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The Essential Balance
For centuries, and the past few decades even more so, all the major urban policy decisions involving Paris and its suburbs have been made at state level and then imposed on so-called suburban councils.
It’s an understatement to say that, in hindsight, many past decisions have been based on errors of analysis and forecasting (the 1960s master plan, for example, which forecast a Paris of 20 million inhabitants by the end of the century – whereas, excluding the grands axes, the new towns and the built-up suburban belt, there will actually only be about 11 million of us…).
A logic of juxtaposed built hubs and out-scale urban development became the rule as a result.
The announcement of a future new town for the north of Paris demonstrates that awareness of past errors is rather hazy and that, in spite of the policy of decentralisation, the Paris agglomeration remains the place where the central decisions are made.
The case of Nanterre is significant.
No one can deny that work of this importance should be conducted in a spirit of respect for the towns concerned and should be opportunities for some kind of improvement in the inhabitants’ living conditions, without adding to the prevailing chaos in terms of discontinuity of land use, environmental nuisances and disruptions to the built environment.
To avoid a situation where, yet again, the big decisions are made basically in accordance with the stakes for the central power, the City of Nanterre, well-versed in the complexity of urban parameters, has asked me, as an urbanist architect, to come up with a proposal based on an essential balance between harmonious development of Nanterre and the resolution of external constraints.
This proposal is not aimed at automatically going against what are presumed to be the main state options, but it is all for securing the future and identity of Nanterre.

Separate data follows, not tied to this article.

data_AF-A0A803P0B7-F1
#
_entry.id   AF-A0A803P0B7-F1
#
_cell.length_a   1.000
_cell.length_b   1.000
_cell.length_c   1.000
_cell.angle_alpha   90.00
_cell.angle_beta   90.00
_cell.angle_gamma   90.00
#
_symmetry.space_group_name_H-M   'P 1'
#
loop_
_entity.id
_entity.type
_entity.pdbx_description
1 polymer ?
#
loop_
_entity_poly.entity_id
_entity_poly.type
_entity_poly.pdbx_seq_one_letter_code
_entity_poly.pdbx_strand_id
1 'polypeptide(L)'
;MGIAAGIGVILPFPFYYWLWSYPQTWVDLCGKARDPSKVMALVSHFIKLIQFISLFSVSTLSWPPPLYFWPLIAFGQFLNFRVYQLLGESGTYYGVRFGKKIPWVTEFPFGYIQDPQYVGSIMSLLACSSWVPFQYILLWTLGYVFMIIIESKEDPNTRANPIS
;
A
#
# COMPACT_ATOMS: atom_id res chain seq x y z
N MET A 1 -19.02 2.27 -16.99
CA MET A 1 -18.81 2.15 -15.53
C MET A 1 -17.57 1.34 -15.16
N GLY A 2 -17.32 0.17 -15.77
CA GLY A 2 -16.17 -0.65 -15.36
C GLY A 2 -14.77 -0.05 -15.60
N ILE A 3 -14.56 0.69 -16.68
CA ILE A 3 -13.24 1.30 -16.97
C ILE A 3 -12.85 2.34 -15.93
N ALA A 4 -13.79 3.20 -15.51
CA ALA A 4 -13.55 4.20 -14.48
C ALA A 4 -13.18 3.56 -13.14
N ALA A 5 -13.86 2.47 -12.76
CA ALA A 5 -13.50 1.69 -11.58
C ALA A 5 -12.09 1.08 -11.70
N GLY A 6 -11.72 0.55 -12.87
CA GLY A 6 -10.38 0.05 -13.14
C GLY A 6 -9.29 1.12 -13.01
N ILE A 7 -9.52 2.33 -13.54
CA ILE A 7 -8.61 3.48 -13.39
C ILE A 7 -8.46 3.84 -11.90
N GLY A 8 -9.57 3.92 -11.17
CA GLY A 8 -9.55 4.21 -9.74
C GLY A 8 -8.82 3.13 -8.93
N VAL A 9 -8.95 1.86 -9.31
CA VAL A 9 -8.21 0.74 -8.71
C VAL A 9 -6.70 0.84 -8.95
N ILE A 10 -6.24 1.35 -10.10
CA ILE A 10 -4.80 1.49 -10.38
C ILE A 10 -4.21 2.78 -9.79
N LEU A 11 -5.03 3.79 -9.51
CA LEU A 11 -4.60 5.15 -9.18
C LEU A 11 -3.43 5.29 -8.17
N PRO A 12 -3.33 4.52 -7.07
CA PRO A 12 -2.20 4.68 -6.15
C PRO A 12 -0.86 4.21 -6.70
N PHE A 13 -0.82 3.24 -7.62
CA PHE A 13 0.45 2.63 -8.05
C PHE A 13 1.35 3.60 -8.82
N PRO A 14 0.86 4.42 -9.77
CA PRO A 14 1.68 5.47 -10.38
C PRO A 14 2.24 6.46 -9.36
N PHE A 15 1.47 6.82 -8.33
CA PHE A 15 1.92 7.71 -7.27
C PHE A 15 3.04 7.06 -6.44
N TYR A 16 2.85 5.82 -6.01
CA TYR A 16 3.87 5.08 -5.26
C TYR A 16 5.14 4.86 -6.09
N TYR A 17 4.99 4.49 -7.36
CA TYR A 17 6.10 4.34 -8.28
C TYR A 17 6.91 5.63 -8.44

The example of the so-called historic axis is typical.
Extending the Champs Elysées from Ferdinand Lop all the way to the sea is a nonsense: the geographical relief of the terrain and the slab of La Défense make this ‘axis’ impossible to see.
On the other hand, a certain development logic has been defined. The Arche is a landmark. There are vacant lots precisely along this axis.
Reversing the principle: instead of making the axis a cut-off point, coming from Paris, for a motorway or an avenue, we could bring in the water and vegetation to enhance the university and housing by expanding the leisure centre. Creating an identity and boosting awareness of place mean using the location’s specific features – here, the presence of the Seine and the opportunity presented by land that’s still virgin.
A city is made by concretion, by stratification over time. Every era of its build-up is worthy of respect.
The very worst thing we could do would be to use today’s buildings as a foil. Each building we propose is intrinsically related to an existing environment.
I’d like to put forward an urban rule based on the creation of microclimates: the new apartment blocks become the built boundary of inner worlds where yesterday’s and today’s architecture face off in a friendly dialogue, spurring opportunities for diversity, discovery, and surprise.
The leisure centre, where the vegetation is protected and extended along the canal to the Parc André Malraux, becomes a link between the different precincts. The use and density of any new buildings erected in the areas inevitably slated for redevelopment have yet to be specified, but what we do know is that only these built surfaces will allow us to solve the problems tied in with the external constraints.
This project is at once a message in a bottle thrown in the Seine and a helping hand reaching out to all those who’d like to endow this Greater Paris precinct with the complexities, contradictions and surprises that produce the spirit of a place.